Taken together Arthur Koestler's volumes of autobiography constitute an unrivalled study of twentieth century man and his dilemma Arrow in the Blue ended with his joining the Communist Party and The Invisible. What a life could really be the three word review of this amazing autobiography installment by Koestler This is second part in the three part autobiography and probably the meatiest I say probably as I still haven t read the third but considering that this covers historically the most interesting time in the life of modern Europe I doubt his life could have been eventful in the latter years I ve been an unabashed fan of Koestler since I first read The Sleepwalkers It got better with Darkness at Noon Koestler is an amazing writer not because of style but content That pretty much holds good for his autobiography as well Koestler s life is a like a miniature version of Europe in the pre and post communist wave And he seems to have been everywhere at the right time in the context of history although not in terms of personal safety for sure Palestine Russia France Spain England Koestler would obviously have it no other way After being saved from a possible execution in Spain and being interned in France as enemy alien Koestler still didn t want to take a safe exit out of EuropeAnd I also knew that my roots were in Europe that I belonged to Europe and that if Europe went down survival became pointless and I would rather go down with her than take refuge in a country which no longer meant anything but a refuge This resolution was actually put to the test when France fell and when instead of heading for Palestine or still neutral America I made my escape to England which led to another stretch of solitary confinement in a London prison during the blitz Yet even that prison cell in Pentonville meant Europe my homeIt s a truly remarkable life And yet what binds the book together is not the action but the intellectual journey that begun in Arrow In The Blue the chronicles of his growing disillusionment with the Communist party and politics to his eventual break with the party As is so typical of the book the restless narrator tells the story of his life and the life of restless Europe and of his ideological journey through the politicallyintellectually divided Europe There is so much to take in in Koestler that it s a shame that he is so hard to find in bookshops online or offline NB It s interesting that I started this book on the even of the last new year and finished it on the eve of this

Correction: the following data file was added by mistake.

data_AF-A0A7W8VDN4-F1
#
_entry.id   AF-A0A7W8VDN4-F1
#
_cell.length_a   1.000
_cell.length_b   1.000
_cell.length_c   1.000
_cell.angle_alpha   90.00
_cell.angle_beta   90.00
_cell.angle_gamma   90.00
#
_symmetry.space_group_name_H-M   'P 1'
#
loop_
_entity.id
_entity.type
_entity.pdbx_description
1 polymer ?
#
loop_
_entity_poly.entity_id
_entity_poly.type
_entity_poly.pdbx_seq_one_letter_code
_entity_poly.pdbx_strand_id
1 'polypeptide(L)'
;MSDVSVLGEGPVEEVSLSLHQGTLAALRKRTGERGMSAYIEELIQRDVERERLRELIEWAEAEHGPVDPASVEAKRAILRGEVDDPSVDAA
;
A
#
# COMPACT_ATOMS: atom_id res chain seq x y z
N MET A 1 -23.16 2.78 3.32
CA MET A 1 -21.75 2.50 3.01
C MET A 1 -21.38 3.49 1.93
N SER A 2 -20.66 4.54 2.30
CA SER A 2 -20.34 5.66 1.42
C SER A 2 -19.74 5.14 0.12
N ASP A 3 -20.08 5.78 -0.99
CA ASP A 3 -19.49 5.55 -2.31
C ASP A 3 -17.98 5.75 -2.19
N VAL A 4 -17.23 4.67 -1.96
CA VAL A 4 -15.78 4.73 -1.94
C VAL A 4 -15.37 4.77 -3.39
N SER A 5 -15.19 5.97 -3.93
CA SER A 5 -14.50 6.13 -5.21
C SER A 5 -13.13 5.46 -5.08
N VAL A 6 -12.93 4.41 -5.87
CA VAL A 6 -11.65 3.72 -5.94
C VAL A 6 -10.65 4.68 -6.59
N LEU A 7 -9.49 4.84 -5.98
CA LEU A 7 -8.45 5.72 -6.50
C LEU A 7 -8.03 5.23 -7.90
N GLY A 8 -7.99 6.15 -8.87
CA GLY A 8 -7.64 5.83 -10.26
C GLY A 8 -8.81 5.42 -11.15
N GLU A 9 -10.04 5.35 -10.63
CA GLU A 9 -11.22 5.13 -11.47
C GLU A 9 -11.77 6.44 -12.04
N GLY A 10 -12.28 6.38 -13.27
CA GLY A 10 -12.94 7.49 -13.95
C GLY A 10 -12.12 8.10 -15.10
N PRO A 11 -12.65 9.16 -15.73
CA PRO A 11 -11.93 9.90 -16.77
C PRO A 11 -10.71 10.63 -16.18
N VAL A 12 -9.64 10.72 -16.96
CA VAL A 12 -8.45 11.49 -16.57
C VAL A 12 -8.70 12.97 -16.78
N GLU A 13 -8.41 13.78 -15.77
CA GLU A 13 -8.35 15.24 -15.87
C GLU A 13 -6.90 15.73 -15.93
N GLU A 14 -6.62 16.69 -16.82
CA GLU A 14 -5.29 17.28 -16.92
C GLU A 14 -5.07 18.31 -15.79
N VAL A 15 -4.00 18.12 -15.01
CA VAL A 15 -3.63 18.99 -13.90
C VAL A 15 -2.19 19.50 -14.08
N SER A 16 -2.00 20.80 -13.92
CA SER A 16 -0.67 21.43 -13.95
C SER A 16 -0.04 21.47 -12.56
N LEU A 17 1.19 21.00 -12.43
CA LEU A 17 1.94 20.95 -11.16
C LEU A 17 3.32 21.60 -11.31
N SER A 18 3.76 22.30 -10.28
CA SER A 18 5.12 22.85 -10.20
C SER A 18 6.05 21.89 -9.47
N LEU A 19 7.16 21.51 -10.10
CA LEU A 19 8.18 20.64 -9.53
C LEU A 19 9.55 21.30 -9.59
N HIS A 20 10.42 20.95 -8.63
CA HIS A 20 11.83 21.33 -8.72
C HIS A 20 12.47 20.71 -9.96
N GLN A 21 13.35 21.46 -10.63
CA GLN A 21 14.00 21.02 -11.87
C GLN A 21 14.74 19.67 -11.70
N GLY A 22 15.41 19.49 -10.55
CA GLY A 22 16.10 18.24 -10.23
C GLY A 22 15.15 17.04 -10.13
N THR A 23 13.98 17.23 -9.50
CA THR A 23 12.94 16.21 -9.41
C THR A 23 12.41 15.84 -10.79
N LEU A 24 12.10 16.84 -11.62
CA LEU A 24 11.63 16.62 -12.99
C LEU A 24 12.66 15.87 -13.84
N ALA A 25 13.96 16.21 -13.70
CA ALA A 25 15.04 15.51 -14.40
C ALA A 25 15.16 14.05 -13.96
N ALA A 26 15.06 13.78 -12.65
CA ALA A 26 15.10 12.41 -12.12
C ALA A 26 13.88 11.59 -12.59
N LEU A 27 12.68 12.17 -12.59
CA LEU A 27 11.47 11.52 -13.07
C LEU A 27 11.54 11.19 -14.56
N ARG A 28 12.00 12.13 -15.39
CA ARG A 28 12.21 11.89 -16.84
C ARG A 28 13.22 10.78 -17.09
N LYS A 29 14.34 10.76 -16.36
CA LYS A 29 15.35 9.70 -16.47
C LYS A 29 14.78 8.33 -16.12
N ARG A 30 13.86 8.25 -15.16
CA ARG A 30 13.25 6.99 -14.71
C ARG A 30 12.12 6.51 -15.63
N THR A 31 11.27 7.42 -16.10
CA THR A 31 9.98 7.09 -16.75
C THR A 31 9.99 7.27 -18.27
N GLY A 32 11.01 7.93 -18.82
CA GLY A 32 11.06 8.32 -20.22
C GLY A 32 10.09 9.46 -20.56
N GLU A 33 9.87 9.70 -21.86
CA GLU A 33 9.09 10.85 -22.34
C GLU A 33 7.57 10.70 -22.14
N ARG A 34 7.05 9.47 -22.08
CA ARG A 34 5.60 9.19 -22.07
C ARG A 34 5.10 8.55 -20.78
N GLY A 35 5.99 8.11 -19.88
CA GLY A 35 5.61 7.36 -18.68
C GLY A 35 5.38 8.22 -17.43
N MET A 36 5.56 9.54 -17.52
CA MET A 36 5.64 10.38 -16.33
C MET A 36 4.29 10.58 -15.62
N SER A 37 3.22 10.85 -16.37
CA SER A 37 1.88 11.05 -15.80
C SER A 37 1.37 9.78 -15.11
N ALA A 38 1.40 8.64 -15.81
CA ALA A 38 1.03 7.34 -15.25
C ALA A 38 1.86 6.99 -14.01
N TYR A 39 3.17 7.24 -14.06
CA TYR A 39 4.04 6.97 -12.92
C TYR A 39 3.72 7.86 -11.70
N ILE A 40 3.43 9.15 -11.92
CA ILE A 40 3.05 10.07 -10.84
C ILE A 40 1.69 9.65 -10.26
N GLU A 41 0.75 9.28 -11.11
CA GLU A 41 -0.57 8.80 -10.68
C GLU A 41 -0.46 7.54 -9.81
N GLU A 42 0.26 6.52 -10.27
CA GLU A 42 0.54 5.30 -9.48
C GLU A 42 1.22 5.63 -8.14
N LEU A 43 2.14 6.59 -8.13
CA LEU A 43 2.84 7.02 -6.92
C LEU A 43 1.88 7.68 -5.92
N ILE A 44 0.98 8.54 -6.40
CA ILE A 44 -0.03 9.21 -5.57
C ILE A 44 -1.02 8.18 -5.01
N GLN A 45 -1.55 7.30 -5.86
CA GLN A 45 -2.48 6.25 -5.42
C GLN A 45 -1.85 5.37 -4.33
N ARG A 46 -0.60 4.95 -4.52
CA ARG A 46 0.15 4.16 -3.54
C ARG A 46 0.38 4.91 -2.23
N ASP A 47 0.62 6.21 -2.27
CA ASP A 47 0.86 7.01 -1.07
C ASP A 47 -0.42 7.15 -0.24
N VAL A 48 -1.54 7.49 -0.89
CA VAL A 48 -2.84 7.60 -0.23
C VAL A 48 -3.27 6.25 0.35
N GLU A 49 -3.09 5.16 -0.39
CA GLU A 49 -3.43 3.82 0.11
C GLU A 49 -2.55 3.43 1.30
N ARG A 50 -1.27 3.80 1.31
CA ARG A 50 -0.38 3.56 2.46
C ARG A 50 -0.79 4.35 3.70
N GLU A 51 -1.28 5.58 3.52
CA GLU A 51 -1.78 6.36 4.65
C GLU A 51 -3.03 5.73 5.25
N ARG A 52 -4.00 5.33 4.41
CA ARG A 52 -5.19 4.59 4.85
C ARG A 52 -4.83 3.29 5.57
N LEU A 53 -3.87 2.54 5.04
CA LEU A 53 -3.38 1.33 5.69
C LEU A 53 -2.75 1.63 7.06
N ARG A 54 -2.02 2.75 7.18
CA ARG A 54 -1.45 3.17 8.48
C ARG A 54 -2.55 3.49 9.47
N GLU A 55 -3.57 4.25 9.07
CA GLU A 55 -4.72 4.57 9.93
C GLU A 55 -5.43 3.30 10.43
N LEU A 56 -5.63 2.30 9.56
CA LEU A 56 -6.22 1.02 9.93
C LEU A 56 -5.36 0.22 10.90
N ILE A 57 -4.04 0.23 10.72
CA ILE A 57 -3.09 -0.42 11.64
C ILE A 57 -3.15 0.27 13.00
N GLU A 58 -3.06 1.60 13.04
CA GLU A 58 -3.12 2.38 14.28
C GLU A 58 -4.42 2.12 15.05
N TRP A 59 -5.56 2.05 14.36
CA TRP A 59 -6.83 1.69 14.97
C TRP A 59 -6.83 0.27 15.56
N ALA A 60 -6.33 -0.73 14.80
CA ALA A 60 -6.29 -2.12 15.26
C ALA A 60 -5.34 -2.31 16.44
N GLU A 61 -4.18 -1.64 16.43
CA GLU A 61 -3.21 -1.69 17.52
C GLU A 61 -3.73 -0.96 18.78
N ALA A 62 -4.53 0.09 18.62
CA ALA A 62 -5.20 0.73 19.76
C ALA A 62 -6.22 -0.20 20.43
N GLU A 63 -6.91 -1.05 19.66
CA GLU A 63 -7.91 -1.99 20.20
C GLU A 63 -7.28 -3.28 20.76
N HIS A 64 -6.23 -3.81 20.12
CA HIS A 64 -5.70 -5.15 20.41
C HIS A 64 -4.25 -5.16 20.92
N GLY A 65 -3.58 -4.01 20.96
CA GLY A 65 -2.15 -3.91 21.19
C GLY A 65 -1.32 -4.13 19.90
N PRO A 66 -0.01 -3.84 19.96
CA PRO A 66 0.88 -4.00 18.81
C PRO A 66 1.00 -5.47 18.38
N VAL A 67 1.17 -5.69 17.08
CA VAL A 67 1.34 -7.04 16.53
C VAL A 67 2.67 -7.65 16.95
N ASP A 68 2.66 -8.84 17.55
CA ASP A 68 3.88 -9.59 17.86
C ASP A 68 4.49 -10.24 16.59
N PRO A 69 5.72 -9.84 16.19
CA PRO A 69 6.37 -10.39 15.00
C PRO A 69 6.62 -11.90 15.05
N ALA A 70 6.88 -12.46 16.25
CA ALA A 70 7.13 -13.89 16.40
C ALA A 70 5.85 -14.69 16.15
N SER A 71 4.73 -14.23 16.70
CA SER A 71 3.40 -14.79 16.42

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E his experiences in Franco's prisons under sentence of death and in concentration camps in Occupied France and ends with his escape in The Invisible ePUB #192to England where he found stability and a new hom. This book details Koestler s experiences as a member of the Communist party in Europe before the Second World War including his experiences of the Party itself the Communist struggle against the rise of Nazism Koestler s travels in the early Soviet Union and his eventual westward before from the crushing inexorable advance of the Third Reich which would certainly have murdered him in its death camps It is a lucid and intensely personal document of life between the wars and a ruthless dissection of the rise of totalitarianismMost of all this book is the story of Koestler s involvement with the pre war Communist movement It s the story of how Communism became a doctrine then a cult that trammelled and suppressed free thought He describes how he himself this most original and lucid of thinkers became almost religiously converted to Communism He details how the Communist party developed a culture of stifling its own dissent He explains how he began to censor his own criticisms of Communism developing complicated mental filters that eventually allowed him to justify even the most obvious and horrific failings of the Soviet systemCommunism itself is barely involved The merits and failings of the political system are irrelevant to the story This is the story of how an idea was corrupted by its own believers first exalted then made inviolable whereupon it stagnated and was perverted into a monstrous evil caricature of its original selfI whole heartedly recommend this book to students of early twentieth century history to people who ve read Koestler s other books and appreciate his lucidness and insight to students of the human condition and to those interested in Communism or in cult psychologyMost of all I recommend it to anyone who s got an idea they think can change the world